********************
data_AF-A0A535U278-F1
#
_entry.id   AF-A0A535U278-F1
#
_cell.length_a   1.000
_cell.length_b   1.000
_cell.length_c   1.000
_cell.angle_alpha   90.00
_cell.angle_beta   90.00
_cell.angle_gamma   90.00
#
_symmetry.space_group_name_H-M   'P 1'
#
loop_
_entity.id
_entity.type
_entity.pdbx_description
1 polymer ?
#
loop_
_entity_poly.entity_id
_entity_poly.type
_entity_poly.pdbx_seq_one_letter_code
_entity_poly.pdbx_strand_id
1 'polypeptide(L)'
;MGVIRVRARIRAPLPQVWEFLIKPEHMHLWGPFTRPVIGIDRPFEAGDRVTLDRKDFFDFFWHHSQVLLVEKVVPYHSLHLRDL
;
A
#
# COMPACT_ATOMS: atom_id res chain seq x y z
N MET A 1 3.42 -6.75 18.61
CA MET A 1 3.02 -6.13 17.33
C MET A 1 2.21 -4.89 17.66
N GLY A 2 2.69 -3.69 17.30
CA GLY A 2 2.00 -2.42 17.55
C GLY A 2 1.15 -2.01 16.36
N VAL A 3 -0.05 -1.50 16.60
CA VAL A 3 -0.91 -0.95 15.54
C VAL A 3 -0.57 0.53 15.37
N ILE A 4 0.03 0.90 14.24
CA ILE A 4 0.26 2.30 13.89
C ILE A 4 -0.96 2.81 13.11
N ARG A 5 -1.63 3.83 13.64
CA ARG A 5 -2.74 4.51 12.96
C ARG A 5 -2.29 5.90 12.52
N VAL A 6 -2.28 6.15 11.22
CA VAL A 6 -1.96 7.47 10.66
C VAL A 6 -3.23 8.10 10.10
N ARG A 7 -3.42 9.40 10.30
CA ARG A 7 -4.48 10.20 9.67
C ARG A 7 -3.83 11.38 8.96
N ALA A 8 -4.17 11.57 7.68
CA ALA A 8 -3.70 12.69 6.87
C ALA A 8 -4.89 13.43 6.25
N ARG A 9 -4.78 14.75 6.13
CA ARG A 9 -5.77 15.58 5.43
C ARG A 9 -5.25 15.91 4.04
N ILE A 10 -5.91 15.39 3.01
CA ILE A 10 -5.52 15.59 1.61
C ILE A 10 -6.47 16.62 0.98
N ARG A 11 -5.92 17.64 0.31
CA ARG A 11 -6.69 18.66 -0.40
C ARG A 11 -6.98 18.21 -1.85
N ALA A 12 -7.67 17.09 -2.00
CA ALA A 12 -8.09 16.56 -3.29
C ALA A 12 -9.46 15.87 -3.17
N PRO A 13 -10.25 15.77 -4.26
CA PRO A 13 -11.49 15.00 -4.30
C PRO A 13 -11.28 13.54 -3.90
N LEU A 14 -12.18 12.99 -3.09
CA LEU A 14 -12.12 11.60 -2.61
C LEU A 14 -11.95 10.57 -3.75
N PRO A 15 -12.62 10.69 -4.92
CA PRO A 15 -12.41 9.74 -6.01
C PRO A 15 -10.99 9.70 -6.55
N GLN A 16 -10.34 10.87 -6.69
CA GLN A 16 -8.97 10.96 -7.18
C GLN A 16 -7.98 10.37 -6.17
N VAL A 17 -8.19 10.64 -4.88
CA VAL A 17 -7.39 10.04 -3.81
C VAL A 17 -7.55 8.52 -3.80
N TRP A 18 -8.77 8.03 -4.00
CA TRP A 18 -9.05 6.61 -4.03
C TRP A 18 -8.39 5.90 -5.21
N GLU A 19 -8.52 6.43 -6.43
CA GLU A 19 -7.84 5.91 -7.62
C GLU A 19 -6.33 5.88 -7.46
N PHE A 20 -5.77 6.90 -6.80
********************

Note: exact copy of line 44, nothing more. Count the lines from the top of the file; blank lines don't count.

CA ARG A 5 -2.74 4.51 12.96